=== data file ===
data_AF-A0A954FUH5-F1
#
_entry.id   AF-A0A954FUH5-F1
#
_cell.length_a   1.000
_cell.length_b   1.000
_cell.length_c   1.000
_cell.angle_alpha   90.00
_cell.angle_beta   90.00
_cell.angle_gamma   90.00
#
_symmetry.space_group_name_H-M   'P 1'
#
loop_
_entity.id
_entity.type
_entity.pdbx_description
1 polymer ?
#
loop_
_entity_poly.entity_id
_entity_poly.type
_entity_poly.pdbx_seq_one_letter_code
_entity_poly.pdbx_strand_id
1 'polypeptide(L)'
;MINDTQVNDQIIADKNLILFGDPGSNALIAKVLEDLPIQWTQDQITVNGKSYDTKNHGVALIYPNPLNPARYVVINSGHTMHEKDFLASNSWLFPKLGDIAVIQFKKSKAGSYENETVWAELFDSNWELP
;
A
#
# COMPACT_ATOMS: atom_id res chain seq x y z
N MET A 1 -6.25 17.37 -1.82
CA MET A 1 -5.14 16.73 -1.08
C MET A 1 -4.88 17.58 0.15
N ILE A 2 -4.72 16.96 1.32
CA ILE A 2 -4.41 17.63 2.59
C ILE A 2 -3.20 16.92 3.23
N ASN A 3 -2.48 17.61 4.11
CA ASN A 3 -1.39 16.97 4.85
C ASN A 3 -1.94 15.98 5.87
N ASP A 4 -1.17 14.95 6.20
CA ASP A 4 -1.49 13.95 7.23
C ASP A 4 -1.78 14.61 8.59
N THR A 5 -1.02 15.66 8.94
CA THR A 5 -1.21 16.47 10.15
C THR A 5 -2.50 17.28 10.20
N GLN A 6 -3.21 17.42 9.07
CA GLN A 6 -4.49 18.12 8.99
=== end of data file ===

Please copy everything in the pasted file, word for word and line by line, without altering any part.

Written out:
data_AF-A0A954FUH5-F1
#
_entry.id   AF-A0A954FUH5-F1
#
_cell.length_a   1.000
_cell.length_b   1.000
_cell.length_c   1.000
_cell.angle_alpha   90.00
_cell.angle_beta   90.00
_cell.angle_gamma   90.00
#
_symmetry.space_group_name_H-M   'P 1'
#
loop_
_entity.id
_entity.type
_entity.pdbx_description
1 polymer ?
#
loop_
_entity_poly.entity_id
_entity_poly.type
_entity_poly.pdbx_seq_one_letter_code
_entity_poly.pdbx_strand_id
1 'polypeptide(L)'
;MINDTQVNDQIIADKNLILFGDPGSNALIAKVLEDLPIQWTQDQITVNGKSYDTKNHGVALIYPNPLNPARYVVINSGHTMHEKDFLASNSWLFPKLGDIAVIQFKKSKAGSYENETVWAELFDSNWELP
;
A
#
# COMPACT_ATOMS: atom_id res chain seq x y z
N MET A 1 -6.25 17.37 -1.82
CA MET A 1 -5.14 16.73 -1.08
C MET A 1 -4.88 17.58 0.15
N ILE A 2 -4.72 16.96 1.32
CA ILE A 2 -4.41 17.63 2.59
C ILE A 2 -3.20 16.92 3.23
N ASN A 3 -2.48 17.61 4.11
CA ASN A 3 -1.39 16.97 4.85
C ASN A 3 -1.94 15.98 5.87
N ASP A 4 -1.17 14.95 6.20
CA ASP A 4 -1.49 13.95 7.23
C ASP A 4 -1.78 14.61 8.59
N THR A 5 -1.02 15.66 8.94
CA THR A 5 -1.21 16.47 10.15
C THR A 5 -2.50 17.28 10.20
N GLN A 6 -3.21 17.42 9.07
CA GLN A 6 -4.49 18.12 8.99